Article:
The 14th anniversary of the Rev. Martin Luther King Jr.'s death -- and the riots it touched off here -- found one of King's disciples, the Rev. Jesse Jackson, at St. Benedict the Moor Catholic Church in Northeast Washington yesterday preaching to an overflow crowd of Palm Sunday worshipers.
As a bright Sunday morning streamed through the open doors of the church's auditorium, about 1,000 parishioners listened to the Baptist minister from Chicago, who was dressed in a cream-colored chasuble with a stole knitted in the colors of black liberation, red, black and green.
To occasional calls of "amen" and "yes, Lord," he talked not of record-high black unemployment, busing school children for desegregation or other more standard black issues, but of Haiti. For most of the hour he spoke from the pulpit, he criticized the U.S. treatment of Haitian refugees, many of whom have been confined to camps.
Jackson called for a national movement to persuade the Reagan administration to grant asylum to those fleeing the tiny Caribbean republic. He called for the wearing of red ribbons to dramatize the situation.
After the sermon, in which he told the audience not to give up efforts for equality at home, Jackson led more than 300 demonstrators in a march on the State Department to amplify his Haitian plea. He also lead a brief prayer for King, which ended with Jackson's familiar "I am somebody" chant.
The events of the day saw Jackson, one of the inheritors of King's mantle, fighting a new kind of civil rights battle -- although the tactic of ribbons is now a familiar one -- and seeking to link it with traditional black concerns. U.S. immigration policies against Haitians, he said, were no different from southern Jim Crow laws that King spent his life fighting.
When Jackson called the U.S. detention centers for Haitians "concentration camps," a woman yelled out from the audience, "We'll be next." When Jackson said that Haitians are black and differ from black Americans only because their slave ships stopped in Haiti rather than North Carolina or Virginia, he found rousing support.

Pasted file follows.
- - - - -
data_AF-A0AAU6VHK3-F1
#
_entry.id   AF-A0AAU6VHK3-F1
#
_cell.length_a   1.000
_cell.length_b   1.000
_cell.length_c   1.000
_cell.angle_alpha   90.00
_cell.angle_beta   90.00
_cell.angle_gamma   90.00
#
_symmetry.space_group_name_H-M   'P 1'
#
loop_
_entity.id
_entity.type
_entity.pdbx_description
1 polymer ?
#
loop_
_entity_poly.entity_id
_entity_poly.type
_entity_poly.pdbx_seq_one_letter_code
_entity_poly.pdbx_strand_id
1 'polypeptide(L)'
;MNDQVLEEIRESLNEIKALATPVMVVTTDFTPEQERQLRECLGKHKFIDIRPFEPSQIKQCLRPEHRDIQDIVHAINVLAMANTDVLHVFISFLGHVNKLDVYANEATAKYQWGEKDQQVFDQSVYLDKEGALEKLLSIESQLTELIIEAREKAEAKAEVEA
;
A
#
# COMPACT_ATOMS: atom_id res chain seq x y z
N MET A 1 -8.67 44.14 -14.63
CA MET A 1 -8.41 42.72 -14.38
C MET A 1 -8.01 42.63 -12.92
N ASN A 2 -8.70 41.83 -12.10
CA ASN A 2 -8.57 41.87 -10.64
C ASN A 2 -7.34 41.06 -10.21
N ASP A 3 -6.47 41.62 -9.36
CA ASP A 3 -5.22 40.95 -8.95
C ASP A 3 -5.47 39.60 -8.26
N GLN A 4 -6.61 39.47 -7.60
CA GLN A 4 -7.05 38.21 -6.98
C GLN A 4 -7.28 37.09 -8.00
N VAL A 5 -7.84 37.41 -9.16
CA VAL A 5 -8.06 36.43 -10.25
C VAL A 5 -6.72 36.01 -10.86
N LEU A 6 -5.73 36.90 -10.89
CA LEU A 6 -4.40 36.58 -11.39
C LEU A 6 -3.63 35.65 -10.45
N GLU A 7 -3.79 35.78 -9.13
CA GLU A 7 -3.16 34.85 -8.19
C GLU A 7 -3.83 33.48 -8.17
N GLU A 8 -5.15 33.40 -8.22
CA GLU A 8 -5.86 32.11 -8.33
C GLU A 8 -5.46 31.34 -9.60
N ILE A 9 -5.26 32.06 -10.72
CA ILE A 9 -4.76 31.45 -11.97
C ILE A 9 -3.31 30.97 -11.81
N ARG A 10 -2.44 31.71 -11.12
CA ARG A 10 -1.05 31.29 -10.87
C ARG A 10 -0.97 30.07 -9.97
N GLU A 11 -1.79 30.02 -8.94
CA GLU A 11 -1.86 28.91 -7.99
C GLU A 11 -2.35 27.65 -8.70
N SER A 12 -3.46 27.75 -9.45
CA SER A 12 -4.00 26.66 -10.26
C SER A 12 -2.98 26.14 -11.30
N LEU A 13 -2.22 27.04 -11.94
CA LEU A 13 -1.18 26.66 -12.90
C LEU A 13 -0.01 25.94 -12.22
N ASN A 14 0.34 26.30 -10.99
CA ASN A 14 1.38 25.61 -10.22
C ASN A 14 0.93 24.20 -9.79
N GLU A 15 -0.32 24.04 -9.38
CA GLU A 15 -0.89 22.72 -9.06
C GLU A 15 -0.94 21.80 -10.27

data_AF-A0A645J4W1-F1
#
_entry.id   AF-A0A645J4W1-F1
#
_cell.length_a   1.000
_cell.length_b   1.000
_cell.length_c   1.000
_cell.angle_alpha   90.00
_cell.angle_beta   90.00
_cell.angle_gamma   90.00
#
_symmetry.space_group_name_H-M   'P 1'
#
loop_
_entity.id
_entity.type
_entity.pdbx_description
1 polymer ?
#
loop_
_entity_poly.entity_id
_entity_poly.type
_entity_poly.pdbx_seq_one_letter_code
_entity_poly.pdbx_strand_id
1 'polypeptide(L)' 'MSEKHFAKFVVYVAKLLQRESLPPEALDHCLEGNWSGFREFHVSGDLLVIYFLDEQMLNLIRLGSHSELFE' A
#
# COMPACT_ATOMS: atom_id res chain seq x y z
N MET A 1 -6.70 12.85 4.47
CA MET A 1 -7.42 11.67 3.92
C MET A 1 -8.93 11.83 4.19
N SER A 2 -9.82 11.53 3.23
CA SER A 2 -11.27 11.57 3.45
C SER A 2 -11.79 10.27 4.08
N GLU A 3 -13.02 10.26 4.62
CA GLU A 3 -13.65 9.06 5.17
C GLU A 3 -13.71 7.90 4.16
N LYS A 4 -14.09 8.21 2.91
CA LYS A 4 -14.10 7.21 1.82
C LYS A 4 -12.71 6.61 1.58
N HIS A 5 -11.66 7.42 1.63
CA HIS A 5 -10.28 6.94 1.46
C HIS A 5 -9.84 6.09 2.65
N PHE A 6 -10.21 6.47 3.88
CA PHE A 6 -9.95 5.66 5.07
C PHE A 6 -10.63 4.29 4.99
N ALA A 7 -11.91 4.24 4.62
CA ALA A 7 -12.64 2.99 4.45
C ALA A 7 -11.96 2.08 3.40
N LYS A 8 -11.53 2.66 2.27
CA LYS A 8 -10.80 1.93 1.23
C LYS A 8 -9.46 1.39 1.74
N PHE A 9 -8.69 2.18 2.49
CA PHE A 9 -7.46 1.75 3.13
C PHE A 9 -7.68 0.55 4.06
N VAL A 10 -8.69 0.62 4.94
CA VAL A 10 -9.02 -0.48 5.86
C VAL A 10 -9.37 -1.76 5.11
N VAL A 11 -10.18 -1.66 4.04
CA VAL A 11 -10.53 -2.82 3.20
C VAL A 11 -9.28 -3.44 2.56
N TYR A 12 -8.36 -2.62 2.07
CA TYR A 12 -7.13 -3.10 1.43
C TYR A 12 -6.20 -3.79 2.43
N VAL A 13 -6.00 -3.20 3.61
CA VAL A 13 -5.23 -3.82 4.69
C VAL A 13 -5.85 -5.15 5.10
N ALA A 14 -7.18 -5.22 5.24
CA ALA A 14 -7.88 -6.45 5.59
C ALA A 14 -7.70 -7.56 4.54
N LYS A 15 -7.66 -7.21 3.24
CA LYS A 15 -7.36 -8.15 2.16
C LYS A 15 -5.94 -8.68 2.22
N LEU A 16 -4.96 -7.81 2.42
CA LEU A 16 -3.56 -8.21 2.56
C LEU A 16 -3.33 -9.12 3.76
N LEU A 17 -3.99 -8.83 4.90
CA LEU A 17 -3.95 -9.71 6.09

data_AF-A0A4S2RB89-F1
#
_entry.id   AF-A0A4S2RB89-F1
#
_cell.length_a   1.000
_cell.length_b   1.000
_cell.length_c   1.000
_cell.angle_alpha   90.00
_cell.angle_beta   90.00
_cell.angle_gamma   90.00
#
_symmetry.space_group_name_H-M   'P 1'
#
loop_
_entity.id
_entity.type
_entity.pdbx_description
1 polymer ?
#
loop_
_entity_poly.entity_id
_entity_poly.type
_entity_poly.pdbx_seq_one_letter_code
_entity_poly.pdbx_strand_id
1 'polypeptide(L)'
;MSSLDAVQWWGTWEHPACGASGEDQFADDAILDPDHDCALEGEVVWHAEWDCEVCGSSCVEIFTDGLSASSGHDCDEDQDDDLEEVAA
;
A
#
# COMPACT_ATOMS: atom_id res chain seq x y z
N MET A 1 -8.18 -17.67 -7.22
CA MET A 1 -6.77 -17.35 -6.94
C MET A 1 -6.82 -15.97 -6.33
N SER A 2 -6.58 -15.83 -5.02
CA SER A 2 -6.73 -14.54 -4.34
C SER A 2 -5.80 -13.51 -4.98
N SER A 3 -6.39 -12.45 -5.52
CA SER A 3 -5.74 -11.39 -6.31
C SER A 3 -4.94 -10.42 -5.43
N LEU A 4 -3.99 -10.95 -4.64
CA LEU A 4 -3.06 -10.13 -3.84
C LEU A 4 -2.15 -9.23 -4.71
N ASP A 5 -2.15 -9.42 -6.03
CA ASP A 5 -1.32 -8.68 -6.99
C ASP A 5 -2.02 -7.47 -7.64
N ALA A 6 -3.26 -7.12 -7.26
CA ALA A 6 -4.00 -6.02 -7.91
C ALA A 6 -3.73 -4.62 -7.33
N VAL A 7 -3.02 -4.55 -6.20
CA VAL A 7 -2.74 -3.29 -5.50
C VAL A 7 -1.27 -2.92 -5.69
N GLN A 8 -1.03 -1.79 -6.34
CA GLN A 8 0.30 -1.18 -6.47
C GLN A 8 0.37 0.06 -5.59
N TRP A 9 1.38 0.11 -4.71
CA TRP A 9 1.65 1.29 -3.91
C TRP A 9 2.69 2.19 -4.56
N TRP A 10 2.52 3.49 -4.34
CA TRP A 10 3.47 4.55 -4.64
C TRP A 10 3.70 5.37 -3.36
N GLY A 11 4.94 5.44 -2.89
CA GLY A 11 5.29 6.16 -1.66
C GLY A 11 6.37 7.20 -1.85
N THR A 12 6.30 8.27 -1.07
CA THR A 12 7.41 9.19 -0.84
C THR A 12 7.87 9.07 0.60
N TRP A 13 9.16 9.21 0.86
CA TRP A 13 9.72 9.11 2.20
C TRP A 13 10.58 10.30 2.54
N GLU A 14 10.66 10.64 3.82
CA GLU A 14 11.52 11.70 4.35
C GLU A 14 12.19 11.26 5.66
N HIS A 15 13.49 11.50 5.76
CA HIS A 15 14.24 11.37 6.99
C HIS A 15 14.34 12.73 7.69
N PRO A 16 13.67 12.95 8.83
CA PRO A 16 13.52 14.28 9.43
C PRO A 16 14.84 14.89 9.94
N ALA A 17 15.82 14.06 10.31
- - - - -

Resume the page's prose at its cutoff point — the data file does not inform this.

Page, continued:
And when Jackson cited racism as the only explanation for the adminstration's position to turn would-be Haitian immigrants back to their shores, again the crowd responded.
Later in the afternoon, as Jackson held a press conference in front of the State Department, demonstrators, many of whom followed him across town from the church, quietly sang "We Shall Overcome."
"What we have had go on here has been geared toward the raising of moral consciousness for the poor and needy," said Rawlin B. Enette, pastor of St. Benedict's, who describes his parish as black middle class. "What we are trying to do is teach the universality of men. Therefore, the Haitians was a very good question to start this off with. They are Catholic and black."
Enette said Jackson helped give his church's humanitarian efforts more focus. However, yesterday morning, Jackson's visit brought confusion to the church's service.
Announcements of blocked cars and the plea, "Will any Christian men give their seats to some of the ladies?" rang out over the public address system nearly an hour before the service began. The church auditorium was standing-room-only.
"Do you know if Jesse Jackson is going to be late?" politely asked 9-year-old Immauri Patterson. Finding no definitive response, the boy, dressed in his usher-boy whites, dropped his head and waited in the confusion like all the others.
"This man warrants this," said Johnny Coleman, whose sister-in-law belongs to St. Benedict's and who came to hear Jackson speak. "He not only raises the consciousness of this nation, but of the world. He reminds me of being almost like King."